Roy Lee Crisp gets 1968 Purple Heart
by DAVID DAVIS, Managing Editor
Sep 26, 2012 | 1276 views | 0 0 comments | 7 7 recommendations | email to a friend | print
Roy Lee Crisp, second from right, is presented a Purple Heart by state Rep. Kevin Brooks Tuesday morning in the Bradley Veterans Service Office in the Bradley County Courthouse. Crisp received the award 44 years after he was wounded in A Shau Valley, Vietnam, in 1968. In the photo are Bradley County Veterans Service Officer Joe Davis, left, Brooks, Roy Lee Crisp and his brother, Bill Crisp. Banner photo, DAVID DAVIS
Roy Lee Crisp, second from right, is presented a Purple Heart by state Rep. Kevin Brooks Tuesday morning in the Bradley Veterans Service Office in the Bradley County Courthouse. Crisp received the award 44 years after he was wounded in A Shau Valley, Vietnam, in 1968. In the photo are Bradley County Veterans Service Officer Joe Davis, left, Brooks, Roy Lee Crisp and his brother, Bill Crisp. Banner photo, DAVID DAVIS
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Roy Lee Crisp said writing a letter to his mother was his shield in 1968 when he was wounded 44 years ago in A Shau Valley, Vietnam.

The former Army sergeant was presented a Purple Heart from a grateful nation Tuesday in the presence of his brother Bill, best friend Teresa Hughes and Veterans Services Officer Joe Davis.

State Rep. Kevin Brooks handed the country’s oldest medal to Crisp in a short, simple ceremony in the Veterans Services Office in the Bradley County Courthouse.

“I am presenting this to you on behalf of a grateful nation, but also from a grateful guy named Kevin, my family and my children who enjoy freedom today because of your sacrifice a very long time ago, but it is not forgotten,” Brooks said. “I apologize for the delay in getting this to you. You’ve been a hero since the day you left and you came home a hero. It’s an honor to meet you.”

On June 27, 1967, the 18-year-old sergeant manned a 155 mm howitzer in A Shau Valley in the Demilitarized Zone that separated North and South Vietnam. The 1-mile strip was defoliated using the chemical Agent Orange.

“A round came in and I was sitting, writing a letter to my mother,” Crisp said. “The round came in and hit the side of a tank, a direct hit. It was 12 feet from me and the killing radius (of the round) was 75 meters in any direction.

“I guess writing a letter to my mother was my shield.”

He described waking up the following morning in a hospital with a concussion. He was deaf and his eyes were full of gravel and dirt, “but the shrapnel in my hand and arm and part of my back, I recovered pretty quick from that.”

Crisp recalled the round penetrated six inches into the side of the tank. The fuse continued five feet underground where it exploded beneath the tank. Had the shell exploded on impact, it would have ignited a nearby ammo bunker and no one in the vicinity would have survived.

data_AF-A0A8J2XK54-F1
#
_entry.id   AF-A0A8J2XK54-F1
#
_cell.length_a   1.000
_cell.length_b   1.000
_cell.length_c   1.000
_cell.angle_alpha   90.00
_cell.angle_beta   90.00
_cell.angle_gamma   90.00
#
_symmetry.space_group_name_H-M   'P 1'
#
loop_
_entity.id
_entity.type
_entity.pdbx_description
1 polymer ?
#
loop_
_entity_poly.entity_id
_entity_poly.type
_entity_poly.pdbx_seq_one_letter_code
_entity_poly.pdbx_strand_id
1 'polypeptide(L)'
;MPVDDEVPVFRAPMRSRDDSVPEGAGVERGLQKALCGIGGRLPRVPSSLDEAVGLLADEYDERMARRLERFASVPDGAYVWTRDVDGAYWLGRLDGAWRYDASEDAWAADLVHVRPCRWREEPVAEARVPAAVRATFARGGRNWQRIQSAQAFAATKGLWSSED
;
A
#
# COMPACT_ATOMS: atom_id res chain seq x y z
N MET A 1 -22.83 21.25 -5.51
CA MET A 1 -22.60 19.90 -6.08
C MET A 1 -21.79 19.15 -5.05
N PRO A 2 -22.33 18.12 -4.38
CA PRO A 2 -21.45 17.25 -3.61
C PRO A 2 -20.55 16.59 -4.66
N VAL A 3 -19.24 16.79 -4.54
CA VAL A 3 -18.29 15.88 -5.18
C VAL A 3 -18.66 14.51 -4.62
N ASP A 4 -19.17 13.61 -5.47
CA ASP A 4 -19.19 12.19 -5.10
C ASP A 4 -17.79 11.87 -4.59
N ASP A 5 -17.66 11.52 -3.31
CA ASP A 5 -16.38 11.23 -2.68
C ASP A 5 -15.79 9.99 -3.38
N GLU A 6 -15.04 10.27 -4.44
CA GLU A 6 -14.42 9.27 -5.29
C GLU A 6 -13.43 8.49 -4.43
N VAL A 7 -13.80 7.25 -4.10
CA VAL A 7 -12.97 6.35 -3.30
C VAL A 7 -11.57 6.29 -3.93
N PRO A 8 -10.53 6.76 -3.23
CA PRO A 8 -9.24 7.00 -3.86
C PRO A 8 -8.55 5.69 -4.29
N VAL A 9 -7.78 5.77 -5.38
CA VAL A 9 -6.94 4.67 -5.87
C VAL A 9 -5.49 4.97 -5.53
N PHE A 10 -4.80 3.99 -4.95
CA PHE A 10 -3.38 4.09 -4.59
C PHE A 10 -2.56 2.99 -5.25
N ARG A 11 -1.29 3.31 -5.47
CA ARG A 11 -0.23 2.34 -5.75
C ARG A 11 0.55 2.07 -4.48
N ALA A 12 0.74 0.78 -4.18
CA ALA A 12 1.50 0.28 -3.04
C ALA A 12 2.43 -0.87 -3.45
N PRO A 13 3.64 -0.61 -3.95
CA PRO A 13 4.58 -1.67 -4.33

“It blew all the roll wheels off that thing and the shrapnel came up and hit me,” he said. “I heard the round come and it just sounded like glass shattering. That’s all I remember,” he said. “The concussion alone should have killed me. It was just mother’s prayers that saved me.”

Crisp celebrated his 18th birthday in June 1966. He was drafted four months later in September and sent to boot camp at Fort Campbell, Ky. From there, he went to Fort Sill, Okla., for Advanced Infantry Training, forward observation and reconnaissance training. Seven months after he was drafted, Crisp found himself in Vietnam.

“I spent my whole tour with the 3rd Marine on the DMZ,” he said. “I spent my whole tour on the DMZ going from one outpost to the other.”

Crisp said after he returned home, he sat around his parents’ house until the walls started closing in on him. He retired after 40 years as a general contractor.

“I got up and went to work and have been working ever since,” he said. “I’ve built a lot of houses in Bradley County.”

His parents were the late the Rev. Ray and Vola Crisp.

The Purple Heart is one of the most recognized and respected medals awarded to members of the U.S. armed forces. Introduced as the “Badge of Military Merit” by General George Washington on Aug. 7, 1782, the Purple Heart is also the nation’s oldest military award, according to U.S. Veterans Affairs.

In military terms, the award had “broken service,” as it was ignored for nearly 150 years until it was reintroduced on Feb. 22, 1932, on the 200th anniversary of Washington’s birth.

The medal’s plain inscription “For Military Merit” barely expresses its significance.